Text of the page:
At best, we mouth or think based on what we have heard or seen in the popular media. Or at worst, who cares (the “since I am ok, I do not care if they're not ok” mentality) which we have encountered among many fellow Filipinos.

8. Absence of Common/Foreign Enemy

In the history of nation-states, almost every nation has gained national identity, unification, and sovereignty through battles and wars against a foreign enemy. Our Filipino forefathers rose against the Spaniards, our 340-year foreign occupiers. However, their revolution was hijacked by the cunning Americans whom they also fought but failed to defeat. The Americans left us with their local substitutes: mis-educated (highly Americanized) fellow Filipinos, who knowingly or unknowingly, govern, think, teach and work for American interests. 

Our fathers united against the Japanese invaders during WW2; and then post-war, these natives, Americanized politicians came back to remove from elected office the handful of nationalist fellow countrymen who were labeled and saw (thanks to our miseducation by the Americans) as only plain "communists"; never mind their years of suffering and struggles for more humane treatment by their absentee landlords and for the homeland.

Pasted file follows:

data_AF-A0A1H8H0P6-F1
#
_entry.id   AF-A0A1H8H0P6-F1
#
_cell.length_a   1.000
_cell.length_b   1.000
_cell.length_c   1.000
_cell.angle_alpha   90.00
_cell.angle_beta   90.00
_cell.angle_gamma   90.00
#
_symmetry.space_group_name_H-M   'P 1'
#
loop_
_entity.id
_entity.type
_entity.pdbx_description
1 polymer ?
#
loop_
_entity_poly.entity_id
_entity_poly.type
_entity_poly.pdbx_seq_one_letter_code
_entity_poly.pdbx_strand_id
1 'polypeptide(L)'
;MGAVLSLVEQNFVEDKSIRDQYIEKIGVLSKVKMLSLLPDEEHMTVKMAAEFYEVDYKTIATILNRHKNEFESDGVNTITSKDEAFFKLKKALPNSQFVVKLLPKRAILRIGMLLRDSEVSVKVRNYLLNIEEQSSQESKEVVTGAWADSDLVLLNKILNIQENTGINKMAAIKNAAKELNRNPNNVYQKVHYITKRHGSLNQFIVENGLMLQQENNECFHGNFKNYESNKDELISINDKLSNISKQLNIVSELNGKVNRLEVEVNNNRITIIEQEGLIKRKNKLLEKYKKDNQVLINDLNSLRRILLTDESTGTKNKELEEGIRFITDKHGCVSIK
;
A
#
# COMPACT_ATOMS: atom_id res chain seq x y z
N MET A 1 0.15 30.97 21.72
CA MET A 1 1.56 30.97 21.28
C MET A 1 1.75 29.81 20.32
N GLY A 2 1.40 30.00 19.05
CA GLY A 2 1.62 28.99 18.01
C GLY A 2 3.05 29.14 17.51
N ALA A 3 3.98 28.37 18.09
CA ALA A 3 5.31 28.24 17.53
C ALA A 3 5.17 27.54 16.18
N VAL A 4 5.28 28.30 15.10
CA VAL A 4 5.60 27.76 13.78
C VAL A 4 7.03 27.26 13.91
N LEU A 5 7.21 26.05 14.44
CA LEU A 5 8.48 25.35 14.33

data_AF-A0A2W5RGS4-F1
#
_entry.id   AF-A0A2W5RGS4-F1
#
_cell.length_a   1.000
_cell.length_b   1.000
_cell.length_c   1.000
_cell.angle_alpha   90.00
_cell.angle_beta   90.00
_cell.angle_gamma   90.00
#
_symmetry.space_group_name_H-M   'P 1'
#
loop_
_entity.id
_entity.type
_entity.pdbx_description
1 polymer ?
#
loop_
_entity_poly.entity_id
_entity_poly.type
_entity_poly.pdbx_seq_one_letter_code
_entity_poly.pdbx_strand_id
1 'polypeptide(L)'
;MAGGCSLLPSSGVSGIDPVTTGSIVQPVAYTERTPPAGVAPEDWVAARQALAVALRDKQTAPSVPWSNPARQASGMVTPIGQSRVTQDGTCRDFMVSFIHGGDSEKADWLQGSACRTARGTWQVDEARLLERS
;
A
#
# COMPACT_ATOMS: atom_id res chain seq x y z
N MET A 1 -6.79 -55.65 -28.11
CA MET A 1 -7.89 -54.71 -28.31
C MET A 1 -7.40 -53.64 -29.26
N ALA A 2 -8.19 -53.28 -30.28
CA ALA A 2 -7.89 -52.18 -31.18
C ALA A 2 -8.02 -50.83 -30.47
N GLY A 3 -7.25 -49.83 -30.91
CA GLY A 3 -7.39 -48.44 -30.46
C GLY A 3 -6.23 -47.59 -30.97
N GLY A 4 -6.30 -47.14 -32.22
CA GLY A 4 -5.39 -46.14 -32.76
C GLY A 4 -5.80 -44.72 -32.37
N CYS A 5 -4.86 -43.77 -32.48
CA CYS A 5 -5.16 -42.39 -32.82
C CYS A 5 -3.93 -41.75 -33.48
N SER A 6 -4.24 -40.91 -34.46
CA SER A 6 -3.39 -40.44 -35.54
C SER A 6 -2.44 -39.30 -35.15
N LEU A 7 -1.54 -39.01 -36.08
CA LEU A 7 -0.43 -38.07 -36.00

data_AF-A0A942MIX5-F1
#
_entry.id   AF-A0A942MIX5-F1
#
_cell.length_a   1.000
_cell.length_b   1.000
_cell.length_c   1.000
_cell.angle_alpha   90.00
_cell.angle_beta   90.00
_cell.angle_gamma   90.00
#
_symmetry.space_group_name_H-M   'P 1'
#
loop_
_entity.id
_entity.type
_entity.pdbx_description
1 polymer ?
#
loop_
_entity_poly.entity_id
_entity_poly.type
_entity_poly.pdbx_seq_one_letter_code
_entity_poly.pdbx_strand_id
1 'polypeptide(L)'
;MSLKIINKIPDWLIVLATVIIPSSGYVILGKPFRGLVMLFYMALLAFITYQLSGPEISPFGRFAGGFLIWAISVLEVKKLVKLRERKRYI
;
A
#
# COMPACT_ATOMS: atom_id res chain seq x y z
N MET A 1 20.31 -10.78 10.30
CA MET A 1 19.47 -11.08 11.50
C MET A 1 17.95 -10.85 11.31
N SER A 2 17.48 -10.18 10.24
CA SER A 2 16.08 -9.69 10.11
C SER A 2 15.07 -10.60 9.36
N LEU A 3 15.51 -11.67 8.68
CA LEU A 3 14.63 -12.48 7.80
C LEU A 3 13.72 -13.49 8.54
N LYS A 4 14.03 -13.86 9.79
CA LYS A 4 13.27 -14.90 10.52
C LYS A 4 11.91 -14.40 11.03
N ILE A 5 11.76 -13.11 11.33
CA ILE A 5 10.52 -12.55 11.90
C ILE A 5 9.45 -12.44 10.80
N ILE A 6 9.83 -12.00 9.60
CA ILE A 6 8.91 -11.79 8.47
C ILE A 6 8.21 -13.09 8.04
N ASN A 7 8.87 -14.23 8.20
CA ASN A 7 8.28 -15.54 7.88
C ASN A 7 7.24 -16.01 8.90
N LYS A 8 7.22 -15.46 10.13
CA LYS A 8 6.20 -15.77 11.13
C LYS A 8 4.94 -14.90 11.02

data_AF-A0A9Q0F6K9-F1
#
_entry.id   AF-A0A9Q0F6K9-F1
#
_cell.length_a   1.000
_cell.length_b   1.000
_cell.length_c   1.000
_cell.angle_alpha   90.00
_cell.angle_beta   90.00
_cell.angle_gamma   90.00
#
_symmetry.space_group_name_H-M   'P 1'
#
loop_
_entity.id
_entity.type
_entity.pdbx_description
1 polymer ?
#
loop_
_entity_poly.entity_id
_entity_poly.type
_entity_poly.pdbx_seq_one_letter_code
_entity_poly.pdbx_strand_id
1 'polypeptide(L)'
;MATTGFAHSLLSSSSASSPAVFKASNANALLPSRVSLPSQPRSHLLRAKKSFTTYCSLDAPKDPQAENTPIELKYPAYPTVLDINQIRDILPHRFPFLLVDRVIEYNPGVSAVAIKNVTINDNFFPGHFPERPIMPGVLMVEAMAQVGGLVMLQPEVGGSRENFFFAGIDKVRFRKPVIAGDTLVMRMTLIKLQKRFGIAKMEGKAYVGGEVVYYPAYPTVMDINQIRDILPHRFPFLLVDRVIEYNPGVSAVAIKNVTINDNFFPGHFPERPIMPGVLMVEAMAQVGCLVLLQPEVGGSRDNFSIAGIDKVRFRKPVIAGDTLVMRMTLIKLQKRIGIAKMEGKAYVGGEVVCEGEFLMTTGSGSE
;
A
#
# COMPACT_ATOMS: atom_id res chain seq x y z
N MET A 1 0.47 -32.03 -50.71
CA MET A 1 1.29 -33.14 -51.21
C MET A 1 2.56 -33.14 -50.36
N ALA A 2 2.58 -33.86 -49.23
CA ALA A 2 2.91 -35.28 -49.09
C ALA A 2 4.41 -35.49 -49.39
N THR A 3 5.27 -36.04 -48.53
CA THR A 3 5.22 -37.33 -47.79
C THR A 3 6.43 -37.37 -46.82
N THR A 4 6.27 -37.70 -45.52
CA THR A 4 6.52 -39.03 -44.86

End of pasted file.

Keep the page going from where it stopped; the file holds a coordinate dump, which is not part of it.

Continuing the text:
Fast forward today, we are enjoined to see and label the Filipino NPA and Muslim rebels as "terrorists," forgetting the basis for Muslim struggle, thanks to the recent foreign policy dictates of America. We see our Philippine Constitution and sovereignty ignored and will be seeing more US troops, via the Visiting Forces Agreements (VFA) directly hunting not just the Abu Sayyaf but the MILFs/MNLFs and NPAs anywhere in our homeland soon, and same troops practically immune from the local jurisdiction in case of locally committed crimes, i.e. our now practically forgotten Subic Rape Case (updated) --and many previous ones when the Subic and Clark Bases were operational. We do not have an identifiable foreign enemy because our enemy today is not foreigners garbed in uniform roaming our homeland. The physical absence of a foreign enemy makes common, nationalist causes more difficult to discern